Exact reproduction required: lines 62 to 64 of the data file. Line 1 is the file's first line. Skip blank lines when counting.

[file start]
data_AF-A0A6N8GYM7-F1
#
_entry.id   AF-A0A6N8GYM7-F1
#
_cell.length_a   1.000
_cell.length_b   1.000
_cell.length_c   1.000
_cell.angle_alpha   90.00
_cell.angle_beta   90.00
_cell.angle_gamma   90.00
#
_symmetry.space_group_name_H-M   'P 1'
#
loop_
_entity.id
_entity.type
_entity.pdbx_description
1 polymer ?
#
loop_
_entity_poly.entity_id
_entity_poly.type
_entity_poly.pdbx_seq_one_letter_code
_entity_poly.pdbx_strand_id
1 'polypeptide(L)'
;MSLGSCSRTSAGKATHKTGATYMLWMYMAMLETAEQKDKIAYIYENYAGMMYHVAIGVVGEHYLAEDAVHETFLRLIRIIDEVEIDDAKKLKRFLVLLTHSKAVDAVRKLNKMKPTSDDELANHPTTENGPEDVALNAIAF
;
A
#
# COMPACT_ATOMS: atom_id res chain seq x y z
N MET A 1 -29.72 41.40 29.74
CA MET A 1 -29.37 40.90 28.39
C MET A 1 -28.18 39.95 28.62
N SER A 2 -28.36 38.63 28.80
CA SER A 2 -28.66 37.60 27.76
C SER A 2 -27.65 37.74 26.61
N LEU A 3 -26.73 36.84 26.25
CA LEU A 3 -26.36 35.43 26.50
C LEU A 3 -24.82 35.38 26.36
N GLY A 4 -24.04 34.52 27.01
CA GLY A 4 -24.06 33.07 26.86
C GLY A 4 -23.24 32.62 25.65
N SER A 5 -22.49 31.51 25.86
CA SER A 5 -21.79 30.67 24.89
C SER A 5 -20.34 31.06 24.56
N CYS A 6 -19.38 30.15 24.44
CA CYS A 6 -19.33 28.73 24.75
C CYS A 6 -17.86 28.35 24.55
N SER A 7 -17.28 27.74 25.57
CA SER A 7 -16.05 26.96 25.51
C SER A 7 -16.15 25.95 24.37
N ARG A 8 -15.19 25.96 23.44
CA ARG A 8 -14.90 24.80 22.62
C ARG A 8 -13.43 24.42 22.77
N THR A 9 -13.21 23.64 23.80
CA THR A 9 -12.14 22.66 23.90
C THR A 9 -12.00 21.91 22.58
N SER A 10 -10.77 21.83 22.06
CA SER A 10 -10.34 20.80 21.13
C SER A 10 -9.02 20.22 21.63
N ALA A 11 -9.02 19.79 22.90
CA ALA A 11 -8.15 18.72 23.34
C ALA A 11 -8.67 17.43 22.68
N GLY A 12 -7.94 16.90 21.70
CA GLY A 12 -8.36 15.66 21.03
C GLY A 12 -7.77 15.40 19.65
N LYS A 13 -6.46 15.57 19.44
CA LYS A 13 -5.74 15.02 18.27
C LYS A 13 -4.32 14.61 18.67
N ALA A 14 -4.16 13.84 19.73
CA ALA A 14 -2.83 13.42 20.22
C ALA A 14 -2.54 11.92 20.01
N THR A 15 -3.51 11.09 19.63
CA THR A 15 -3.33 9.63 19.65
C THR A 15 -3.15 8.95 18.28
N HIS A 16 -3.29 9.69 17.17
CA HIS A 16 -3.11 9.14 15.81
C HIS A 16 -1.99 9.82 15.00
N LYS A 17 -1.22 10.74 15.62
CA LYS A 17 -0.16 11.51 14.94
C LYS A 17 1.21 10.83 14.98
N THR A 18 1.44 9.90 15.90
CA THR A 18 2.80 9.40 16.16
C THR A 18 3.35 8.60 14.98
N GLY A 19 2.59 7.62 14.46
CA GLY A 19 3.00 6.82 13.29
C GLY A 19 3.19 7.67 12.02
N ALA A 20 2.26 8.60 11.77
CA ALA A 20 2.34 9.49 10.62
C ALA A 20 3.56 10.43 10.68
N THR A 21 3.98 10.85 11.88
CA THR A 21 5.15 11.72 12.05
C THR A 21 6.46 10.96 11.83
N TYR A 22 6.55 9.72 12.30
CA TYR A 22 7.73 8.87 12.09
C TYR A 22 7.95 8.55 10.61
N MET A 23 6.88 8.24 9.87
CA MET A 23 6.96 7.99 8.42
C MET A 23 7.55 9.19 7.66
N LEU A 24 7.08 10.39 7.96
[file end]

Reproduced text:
CA ALA A 11 -8.15 18.72 23.34
C ALA A 11 -8.67 17.43 22.68
N GLY A 12 -7.94 16.90 21.70